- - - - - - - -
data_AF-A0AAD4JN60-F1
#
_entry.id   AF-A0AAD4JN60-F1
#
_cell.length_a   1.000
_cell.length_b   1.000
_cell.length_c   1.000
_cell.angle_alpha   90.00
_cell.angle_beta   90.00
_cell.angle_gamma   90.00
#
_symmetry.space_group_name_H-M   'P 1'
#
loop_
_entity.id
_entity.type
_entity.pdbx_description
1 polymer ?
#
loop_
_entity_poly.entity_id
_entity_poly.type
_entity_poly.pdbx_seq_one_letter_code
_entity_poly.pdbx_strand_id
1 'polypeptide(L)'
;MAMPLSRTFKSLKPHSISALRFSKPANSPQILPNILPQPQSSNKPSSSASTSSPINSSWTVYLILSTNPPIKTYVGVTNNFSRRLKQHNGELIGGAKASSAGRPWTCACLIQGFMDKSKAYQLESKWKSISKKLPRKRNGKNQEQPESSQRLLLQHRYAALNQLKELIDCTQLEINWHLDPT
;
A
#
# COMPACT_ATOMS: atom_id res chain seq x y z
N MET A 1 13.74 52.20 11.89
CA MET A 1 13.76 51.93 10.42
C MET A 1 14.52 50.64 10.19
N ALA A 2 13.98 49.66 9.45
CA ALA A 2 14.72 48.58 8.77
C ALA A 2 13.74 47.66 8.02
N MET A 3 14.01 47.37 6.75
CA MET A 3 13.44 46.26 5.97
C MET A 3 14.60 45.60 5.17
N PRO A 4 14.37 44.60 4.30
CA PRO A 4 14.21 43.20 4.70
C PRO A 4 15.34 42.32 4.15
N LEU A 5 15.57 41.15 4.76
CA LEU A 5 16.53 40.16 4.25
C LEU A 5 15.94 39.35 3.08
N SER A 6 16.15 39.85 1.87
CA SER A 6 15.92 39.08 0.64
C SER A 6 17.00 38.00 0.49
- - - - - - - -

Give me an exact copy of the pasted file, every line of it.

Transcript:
data_AF-A0AAD4JN60-F1
#
_entry.id   AF-A0AAD4JN60-F1
#
_cell.length_a   1.000
_cell.length_b   1.000
_cell.length_c   1.000
_cell.angle_alpha   90.00
_cell.angle_beta   90.00
_cell.angle_gamma   90.00
#
_symmetry.space_group_name_H-M   'P 1'
#
loop_
_entity.id
_entity.type
_entity.pdbx_description
1 polymer ?
#
loop_
_entity_poly.entity_id
_entity_poly.type
_entity_poly.pdbx_seq_one_letter_code
_entity_poly.pdbx_strand_id
1 'polypeptide(L)'
;MAMPLSRTFKSLKPHSISALRFSKPANSPQILPNILPQPQSSNKPSSSASTSSPINSSWTVYLILSTNPPIKTYVGVTNNFSRRLKQHNGELIGGAKASSAGRPWTCACLIQGFMDKSKAYQLESKWKSISKKLPRKRNGKNQEQPESSQRLLLQHRYAALNQLKELIDCTQLEINWHLDPT
;
A
#
# COMPACT_ATOMS: atom_id res chain seq x y z
N MET A 1 13.74 52.20 11.89
CA MET A 1 13.76 51.93 10.42
C MET A 1 14.52 50.64 10.19
N ALA A 2 13.98 49.66 9.45
CA ALA A 2 14.72 48.58 8.77
C ALA A 2 13.74 47.66 8.02
N MET A 3 14.01 47.37 6.75
CA MET A 3 13.44 46.26 5.97
C MET A 3 14.60 45.60 5.17
N PRO A 4 14.37 44.60 4.30
CA PRO A 4 14.21 43.20 4.70
C PRO A 4 15.34 42.32 4.15
N LEU A 5 15.57 41.15 4.76
CA LEU A 5 16.53 40.16 4.25
C LEU A 5 15.94 39.35 3.08
N SER A 6 16.15 39.85 1.87
CA SER A 6 15.92 39.08 0.64
C SER A 6 17.00 38.00 0.49